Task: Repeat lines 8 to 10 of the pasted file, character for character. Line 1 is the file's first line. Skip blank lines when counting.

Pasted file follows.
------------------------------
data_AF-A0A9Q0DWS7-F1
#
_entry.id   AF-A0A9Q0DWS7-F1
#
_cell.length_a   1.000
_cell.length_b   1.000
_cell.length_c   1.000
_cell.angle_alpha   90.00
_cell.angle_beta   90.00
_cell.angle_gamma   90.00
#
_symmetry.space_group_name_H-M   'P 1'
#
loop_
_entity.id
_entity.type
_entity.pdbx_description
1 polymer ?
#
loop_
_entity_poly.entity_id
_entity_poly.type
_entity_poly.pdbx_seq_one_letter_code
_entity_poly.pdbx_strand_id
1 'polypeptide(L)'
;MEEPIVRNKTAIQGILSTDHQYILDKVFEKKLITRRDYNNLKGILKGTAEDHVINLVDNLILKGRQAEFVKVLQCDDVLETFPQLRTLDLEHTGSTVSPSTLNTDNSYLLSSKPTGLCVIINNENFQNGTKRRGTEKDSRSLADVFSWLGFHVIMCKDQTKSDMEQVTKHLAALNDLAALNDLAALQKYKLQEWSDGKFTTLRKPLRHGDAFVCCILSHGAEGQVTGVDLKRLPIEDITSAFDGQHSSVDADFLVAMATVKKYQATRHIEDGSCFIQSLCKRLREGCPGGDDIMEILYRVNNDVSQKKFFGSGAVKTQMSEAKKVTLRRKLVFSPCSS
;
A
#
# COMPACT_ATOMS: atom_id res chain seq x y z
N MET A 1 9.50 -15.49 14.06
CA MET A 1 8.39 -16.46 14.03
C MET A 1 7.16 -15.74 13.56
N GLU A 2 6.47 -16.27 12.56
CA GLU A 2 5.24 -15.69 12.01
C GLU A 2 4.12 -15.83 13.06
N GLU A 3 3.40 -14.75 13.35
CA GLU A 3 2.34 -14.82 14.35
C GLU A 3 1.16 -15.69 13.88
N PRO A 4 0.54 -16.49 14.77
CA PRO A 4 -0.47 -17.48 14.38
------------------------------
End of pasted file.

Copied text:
_cell.angle_alpha   90.00
_cell.angle_beta   90.00
_cell.angle_gamma   90.00